My new bike rack, a 1up USA Quick-Rack arrived today. I’ve had my eye on these for a while because they are well-engineered, well-made, simple, US-made, all aluminum and stainless steel racks that hold both wheels at once. Ever since getting my first real mountain bike at the beginning of 2008 I’ve used this Thule 917 T2 rack. While it works sufficiently, I didn’t like how it held just one wheel, it’s inability to fit in the trunk without folding down the seats, it obscuring my license place when folded up, and the amount of work required to fit two bikes on it without the bars and seats hitting each other. After Erik picked up one of these 1up USA racks for his new car I got to seeing how nice it is and I decided to finally get one for myself.
Along with the one-bike rack I picked up an add-on to allow a second bike to be carried. Because of how the arms work the bike’s position isn’t fixed side to side, and coupled with the second rack being slightly taller than the first it’s trivial to fit two bikes. This photo shows my single speed and the Titus easily fitting on the rack together, something which would require unbolting and adjusting the bars on the Thule, or turning the bars so they didn’t hit the other bike’s seat. This rack also folds up small enough that I could put it on the floor of the back seat behind one seat if needed.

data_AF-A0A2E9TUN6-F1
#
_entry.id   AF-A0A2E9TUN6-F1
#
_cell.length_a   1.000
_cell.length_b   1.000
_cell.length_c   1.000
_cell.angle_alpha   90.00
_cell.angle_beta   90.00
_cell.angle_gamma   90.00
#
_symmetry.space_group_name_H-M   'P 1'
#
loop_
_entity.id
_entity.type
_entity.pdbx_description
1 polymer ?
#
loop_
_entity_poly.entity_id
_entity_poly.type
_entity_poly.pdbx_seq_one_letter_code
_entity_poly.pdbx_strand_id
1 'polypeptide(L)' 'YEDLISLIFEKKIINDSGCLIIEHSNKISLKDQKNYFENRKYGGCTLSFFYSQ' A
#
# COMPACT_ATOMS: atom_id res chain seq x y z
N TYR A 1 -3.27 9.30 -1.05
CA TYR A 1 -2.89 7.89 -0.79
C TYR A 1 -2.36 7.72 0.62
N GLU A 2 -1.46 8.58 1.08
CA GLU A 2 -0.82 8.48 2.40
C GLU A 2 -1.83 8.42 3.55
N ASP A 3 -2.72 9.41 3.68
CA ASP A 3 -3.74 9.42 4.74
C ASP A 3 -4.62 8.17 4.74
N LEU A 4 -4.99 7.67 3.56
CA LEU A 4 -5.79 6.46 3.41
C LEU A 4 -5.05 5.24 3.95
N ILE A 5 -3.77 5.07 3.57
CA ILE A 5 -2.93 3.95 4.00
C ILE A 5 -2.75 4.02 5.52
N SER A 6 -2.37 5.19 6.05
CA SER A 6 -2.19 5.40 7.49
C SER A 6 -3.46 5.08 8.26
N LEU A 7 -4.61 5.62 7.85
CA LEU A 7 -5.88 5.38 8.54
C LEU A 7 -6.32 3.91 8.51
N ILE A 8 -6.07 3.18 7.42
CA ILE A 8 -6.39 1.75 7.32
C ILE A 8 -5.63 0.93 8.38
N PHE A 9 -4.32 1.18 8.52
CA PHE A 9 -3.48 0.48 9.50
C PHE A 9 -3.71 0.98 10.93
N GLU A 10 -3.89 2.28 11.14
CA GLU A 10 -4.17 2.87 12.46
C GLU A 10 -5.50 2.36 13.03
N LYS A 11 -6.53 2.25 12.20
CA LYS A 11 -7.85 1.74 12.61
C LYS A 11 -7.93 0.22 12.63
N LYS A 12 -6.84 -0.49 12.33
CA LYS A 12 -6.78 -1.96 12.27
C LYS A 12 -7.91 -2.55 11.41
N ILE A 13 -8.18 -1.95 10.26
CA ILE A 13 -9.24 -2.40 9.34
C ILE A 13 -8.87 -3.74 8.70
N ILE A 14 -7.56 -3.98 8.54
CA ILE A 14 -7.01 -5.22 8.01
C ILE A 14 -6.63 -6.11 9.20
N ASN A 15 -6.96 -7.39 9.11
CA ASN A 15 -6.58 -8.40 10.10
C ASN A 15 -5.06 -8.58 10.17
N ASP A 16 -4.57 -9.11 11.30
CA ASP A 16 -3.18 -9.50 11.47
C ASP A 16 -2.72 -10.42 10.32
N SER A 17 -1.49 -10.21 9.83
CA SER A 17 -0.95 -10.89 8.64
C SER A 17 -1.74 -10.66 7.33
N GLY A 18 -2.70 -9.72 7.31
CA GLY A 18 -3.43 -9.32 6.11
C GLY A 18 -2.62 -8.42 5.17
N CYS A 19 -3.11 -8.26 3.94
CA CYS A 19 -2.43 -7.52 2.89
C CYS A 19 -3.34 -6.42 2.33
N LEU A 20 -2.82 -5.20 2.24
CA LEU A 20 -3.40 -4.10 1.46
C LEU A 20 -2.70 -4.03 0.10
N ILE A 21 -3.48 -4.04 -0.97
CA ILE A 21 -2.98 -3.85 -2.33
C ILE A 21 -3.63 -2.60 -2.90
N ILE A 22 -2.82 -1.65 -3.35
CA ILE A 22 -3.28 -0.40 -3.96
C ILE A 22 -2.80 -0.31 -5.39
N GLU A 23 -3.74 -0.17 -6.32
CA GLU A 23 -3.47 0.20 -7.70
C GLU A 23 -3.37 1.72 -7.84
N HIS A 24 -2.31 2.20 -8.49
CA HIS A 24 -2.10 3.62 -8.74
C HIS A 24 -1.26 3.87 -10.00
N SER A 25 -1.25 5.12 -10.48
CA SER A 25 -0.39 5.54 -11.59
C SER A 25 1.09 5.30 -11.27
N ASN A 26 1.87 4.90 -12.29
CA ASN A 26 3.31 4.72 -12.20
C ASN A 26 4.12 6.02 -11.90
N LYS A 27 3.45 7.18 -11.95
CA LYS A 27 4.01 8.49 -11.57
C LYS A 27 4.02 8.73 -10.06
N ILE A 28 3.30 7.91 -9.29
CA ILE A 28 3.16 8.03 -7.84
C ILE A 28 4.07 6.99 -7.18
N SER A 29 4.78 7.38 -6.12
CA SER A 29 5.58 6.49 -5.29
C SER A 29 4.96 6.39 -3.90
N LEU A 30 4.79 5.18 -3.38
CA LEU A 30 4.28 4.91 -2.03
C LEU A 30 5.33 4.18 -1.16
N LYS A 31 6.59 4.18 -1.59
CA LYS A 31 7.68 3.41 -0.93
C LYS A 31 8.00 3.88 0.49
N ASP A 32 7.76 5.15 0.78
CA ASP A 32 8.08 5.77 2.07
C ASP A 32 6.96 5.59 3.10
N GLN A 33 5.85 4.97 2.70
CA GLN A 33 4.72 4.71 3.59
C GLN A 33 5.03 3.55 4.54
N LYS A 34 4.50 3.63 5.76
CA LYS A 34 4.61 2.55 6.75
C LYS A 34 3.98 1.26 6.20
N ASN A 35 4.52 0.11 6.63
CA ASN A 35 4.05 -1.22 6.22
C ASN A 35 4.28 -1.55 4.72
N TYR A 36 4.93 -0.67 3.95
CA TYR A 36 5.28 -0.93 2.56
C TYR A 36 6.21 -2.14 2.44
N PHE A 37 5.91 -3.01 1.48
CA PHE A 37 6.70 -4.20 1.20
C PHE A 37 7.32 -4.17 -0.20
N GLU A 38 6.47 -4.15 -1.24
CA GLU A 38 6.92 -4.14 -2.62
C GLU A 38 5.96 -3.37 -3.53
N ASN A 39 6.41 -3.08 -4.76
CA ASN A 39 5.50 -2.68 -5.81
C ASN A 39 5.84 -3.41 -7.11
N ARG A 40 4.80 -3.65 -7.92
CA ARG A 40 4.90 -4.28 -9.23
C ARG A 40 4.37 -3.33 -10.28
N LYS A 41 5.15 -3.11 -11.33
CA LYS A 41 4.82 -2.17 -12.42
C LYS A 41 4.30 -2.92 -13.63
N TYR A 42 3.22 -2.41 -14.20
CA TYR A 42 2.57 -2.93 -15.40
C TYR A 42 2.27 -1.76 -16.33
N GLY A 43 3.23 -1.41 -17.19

The biggest downside to this rack is that there’s no built-in system for locking up bikes. The Thule had locks on the tire-holding arms, and while these are easily defeated† I can’t help but think the presence of a lock provides a slight deterrence. As such I’ll likely be getting a U lock and cable so that, if needed, I can easily lock the rack to the hitch and then string the cable through the bikes. While I wouldn’t drive with this setup (for fear of cable rub wearing needlessly on paint) it’d be sufficient to keep the bikes from walking away while parked. Even just a simple cable through the rack, bikes, and tow chain loops may be sufficient as well.
† To remove a bike from one of these racks, simply deflate the front tire slightly and the arm will be free. It is also often possible to remove the front skewer, lift the rest of the bike off the rack, then pull the arm down over the tire.